The intensity of competition in Tamil Nadu, the wide reach of digital platforms, and the high stakes involved in gaining control over one of India’s richest states may be driving parties to spend more on social media and online campaigns
As more and more Indians get connected to the net, online propaganda and political messaging have never appeared as important as it does today. Nowhere is this more evident than Tamil Nadu, where political parties have spent at least ₹33 crore on Google ads. In past state elections in Maharashtra (2019) and Delhi (2020), such ads were worth less than ₹5 crore, a Mint analysis of Google ads data shows.
Tamil Nadu’s elections cost more in terms of Google ads than any other election in the country since Feb 2019, the analysis suggests. This includes the 2019 Lok Sabha polls. But it should be borne in mind that online ad spending prior to February 2019 is not publicly available, and hence not part of the analysis. The spending estimate for the 2019 Lok Sabha polls may therefore be a bit of an underestimate.
Given that Google does not identify political affiliations for third party ads, those had to be identified individually by examining the ads (or pages) promoting respective parties. Only advertisers who paid at least ₹50,000 to place ads were considered in the sample.
The analysis shows that both Dravidian parties, DMK and AIADMK have spent more than any other regional party has spent in recent elections on Google. Unusually for an incumbent, AIADMK’s spending has been less than a third of what DMK has spent in the latest elections. On Facebook, the gap between the two parties is lower but DMK still has a lead over AIADMK.
Facebook doesn’t provide time series data in the same detailed format as Google but it provides data on ad spending for recent months. And among the states which saw polls this year, West Bengal’s ruling party Trinamool Congress has spent the most.
DMK and AIADMK follow close behind the Trinamool even on Facebook, suggesting that the combined online poll spending by the Dravidian parties (on Google and Facebook) is higher than that of regional outfits from any other state that has witnessed recent elections. The intensity of competition in Tamil Nadu, the reach of digital platforms, and the high stakes involved in ruling one of India’s richest states may all be driving parties to spend more on social media and online campaigns. The Stalin-led DMK’s reincarnation as a digital-friendly outfit may also have contributed to the surge in digital spending, prompting rival AIADMK to match such spending to some extent.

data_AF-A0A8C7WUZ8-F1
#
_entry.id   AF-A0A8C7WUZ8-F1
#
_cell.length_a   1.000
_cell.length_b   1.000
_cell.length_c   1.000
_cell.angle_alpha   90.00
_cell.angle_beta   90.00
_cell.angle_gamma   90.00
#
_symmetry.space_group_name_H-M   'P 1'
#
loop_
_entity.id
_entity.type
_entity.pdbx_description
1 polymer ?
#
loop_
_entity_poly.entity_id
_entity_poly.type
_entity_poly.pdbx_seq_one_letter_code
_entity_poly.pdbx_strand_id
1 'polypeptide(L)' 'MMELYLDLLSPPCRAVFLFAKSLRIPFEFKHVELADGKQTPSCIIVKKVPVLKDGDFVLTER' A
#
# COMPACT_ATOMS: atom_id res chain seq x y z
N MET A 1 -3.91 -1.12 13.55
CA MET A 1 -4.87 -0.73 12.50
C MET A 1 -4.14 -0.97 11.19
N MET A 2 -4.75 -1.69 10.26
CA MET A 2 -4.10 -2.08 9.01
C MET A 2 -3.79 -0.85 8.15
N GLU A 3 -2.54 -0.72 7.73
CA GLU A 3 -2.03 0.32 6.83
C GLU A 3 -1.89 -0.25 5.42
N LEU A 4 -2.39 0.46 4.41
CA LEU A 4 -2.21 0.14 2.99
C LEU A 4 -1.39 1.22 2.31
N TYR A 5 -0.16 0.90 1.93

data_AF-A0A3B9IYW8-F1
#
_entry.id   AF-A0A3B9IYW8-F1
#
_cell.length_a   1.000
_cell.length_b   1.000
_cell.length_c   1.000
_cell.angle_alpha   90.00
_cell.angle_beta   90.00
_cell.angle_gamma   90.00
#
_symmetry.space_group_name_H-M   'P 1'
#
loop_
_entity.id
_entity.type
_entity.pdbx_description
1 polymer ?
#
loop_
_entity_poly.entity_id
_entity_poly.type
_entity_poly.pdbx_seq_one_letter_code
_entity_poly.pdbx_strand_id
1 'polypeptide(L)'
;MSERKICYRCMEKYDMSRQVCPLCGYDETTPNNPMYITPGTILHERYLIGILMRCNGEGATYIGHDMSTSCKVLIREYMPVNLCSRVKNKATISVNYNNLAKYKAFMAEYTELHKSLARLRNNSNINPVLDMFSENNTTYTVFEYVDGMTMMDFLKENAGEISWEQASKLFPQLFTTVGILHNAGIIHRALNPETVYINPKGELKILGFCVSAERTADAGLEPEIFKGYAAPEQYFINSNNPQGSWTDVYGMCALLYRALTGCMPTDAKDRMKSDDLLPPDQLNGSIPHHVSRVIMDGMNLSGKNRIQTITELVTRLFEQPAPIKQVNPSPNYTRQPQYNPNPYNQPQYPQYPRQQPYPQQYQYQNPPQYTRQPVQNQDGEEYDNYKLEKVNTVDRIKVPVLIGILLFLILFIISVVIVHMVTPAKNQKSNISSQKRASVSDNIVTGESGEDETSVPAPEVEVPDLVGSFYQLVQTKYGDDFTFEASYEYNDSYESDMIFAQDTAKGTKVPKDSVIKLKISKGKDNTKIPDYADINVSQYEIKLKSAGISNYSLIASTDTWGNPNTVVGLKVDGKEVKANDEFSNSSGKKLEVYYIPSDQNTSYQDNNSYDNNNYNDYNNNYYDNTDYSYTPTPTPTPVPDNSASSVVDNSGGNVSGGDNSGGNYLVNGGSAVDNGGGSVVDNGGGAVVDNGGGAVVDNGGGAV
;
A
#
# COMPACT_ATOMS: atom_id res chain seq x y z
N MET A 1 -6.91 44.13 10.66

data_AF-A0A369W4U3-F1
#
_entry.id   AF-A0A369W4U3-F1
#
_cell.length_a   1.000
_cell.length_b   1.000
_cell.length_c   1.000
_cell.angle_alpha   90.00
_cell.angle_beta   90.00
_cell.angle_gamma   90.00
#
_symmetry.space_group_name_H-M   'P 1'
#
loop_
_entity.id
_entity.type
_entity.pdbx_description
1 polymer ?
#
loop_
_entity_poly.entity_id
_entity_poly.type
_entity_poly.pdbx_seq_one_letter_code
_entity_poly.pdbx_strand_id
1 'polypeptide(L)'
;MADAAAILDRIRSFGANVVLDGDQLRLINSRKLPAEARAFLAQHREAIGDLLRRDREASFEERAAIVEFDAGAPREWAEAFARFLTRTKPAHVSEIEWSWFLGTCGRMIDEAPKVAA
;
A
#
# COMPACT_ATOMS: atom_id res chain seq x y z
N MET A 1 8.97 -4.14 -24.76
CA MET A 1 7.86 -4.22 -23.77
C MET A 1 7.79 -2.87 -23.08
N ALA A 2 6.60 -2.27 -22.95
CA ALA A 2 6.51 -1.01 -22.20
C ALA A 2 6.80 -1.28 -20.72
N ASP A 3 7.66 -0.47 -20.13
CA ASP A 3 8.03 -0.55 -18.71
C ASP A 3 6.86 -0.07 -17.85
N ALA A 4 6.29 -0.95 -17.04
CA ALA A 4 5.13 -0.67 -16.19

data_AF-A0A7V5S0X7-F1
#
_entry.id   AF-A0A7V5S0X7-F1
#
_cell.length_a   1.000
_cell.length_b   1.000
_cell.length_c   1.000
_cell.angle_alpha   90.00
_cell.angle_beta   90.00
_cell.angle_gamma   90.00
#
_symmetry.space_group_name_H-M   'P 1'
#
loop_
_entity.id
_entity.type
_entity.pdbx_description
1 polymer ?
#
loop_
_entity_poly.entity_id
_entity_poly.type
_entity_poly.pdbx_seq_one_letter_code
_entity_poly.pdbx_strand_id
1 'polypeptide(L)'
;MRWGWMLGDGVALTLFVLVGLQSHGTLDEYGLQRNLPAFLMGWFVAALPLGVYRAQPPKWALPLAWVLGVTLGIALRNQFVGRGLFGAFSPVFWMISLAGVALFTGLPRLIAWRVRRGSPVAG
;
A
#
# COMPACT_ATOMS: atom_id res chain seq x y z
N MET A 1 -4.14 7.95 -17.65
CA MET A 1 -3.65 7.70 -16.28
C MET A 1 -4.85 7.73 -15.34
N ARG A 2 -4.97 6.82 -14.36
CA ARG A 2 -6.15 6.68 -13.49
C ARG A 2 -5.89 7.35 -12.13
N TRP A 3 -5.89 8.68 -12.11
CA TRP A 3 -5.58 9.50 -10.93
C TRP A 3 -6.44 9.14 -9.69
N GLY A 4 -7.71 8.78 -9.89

On Facebook, the BJP has also spent a fair amount across states but its spending is lower than some of the leading regional parties in the fray. It is possible that BJP’s spending on traditional poll expenditure (such as rallies and hoardings) is higher than other parties.
Traditional spending data is typically under-reported, and the actual spending can differ widely from what parties declare. A recent research paper by the political scientists Ashwani Kumar, Souradeep Banerjee, and Shashwat Dhar based on field work in two constituencies during the 2017 Gujarat assembly elections suggests that actual spending may be 10 times or more compared to what candidates declare.
Even when it comes to declared spending, Tamil Nadu elections seem relatively costlier. Compared to the other states that are going through elections now, candidates in Tamil Nadu declared higher expenditure in the previous assembly election cycle.
Wealth and power
States such as Tamil Nadu and Maharashtra have historically seen higher election spending because these are rich industrialized states where the stakes are very high, the political scientist Rahul Verma said.
High ad spending in Tamil Nadu may therefore reflect competitive investments by the rival Dravidian parties to reap future rewards once they return to power. Even beyond Tamil Nadu, the link between wealth and power has grown closer over the past few decades, research by the political scientist Milan Vaishnav suggests. Growing electoral competition leads parties to favour wealthier candidates, often with a criminal past, who stand a better chance of winning than poorer ones .
Between 2004 and 2014, candidates from the richest wealth group had a 23% chance of winning a Lok Sabha poll. For the least wealthy candidates, this was just 1%, Vaishnav’s research shows.
As political spending shifts to the digital medium, leading to greater transparency, hopefully this will spark a wider debate on election funding and spending in the country.
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